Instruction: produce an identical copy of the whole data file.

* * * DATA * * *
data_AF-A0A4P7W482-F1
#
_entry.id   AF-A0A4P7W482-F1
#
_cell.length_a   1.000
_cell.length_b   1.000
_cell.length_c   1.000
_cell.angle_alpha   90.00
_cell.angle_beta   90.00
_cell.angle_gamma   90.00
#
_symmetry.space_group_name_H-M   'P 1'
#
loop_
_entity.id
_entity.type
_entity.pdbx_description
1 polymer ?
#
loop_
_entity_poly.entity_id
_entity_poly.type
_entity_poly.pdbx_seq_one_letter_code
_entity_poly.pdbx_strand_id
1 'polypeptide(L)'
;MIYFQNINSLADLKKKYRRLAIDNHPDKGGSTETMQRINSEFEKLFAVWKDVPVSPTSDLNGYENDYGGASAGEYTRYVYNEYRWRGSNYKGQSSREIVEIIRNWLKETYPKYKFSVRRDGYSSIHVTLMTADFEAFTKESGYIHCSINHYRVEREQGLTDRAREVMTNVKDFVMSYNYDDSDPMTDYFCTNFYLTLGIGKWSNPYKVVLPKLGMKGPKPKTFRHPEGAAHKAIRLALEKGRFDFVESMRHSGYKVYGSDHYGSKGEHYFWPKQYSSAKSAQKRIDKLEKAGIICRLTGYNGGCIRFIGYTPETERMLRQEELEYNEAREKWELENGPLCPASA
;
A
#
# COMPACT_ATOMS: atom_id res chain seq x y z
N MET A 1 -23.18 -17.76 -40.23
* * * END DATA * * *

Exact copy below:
data_AF-A0A4P7W482-F1
#
_entry.id   AF-A0A4P7W482-F1
#
_cell.length_a   1.000
_cell.length_b   1.000
_cell.length_c   1.000
_cell.angle_alpha   90.00
_cell.angle_beta   90.00
_cell.angle_gamma   90.00
#
_symmetry.space_group_name_H-M   'P 1'
#
loop_
_entity.id
_entity.type
_entity.pdbx_description
1 polymer ?
#
loop_
_entity_poly.entity_id
_entity_poly.type
_entity_poly.pdbx_seq_one_letter_code
_entity_poly.pdbx_strand_id
1 'polypeptide(L)'
;MIYFQNINSLADLKKKYRRLAIDNHPDKGGSTETMQRINSEFEKLFAVWKDVPVSPTSDLNGYENDYGGASAGEYTRYVYNEYRWRGSNYKGQSSREIVEIIRNWLKETYPKYKFSVRRDGYSSIHVTLMTADFEAFTKESGYIHCSINHYRVEREQGLTDRAREVMTNVKDFVMSYNYDDSDPMTDYFCTNFYLTLGIGKWSNPYKVVLPKLGMKGPKPKTFRHPEGAAHKAIRLALEKGRFDFVESMRHSGYKVYGSDHYGSKGEHYFWPKQYSSAKSAQKRIDKLEKAGIICRLTGYNGGCIRFIGYTPETERMLRQEELEYNEAREKWELENGPLCPASA
;
A
#
# COMPACT_ATOMS: atom_id res chain seq x y z
N MET A 1 -23.18 -17.76 -40.23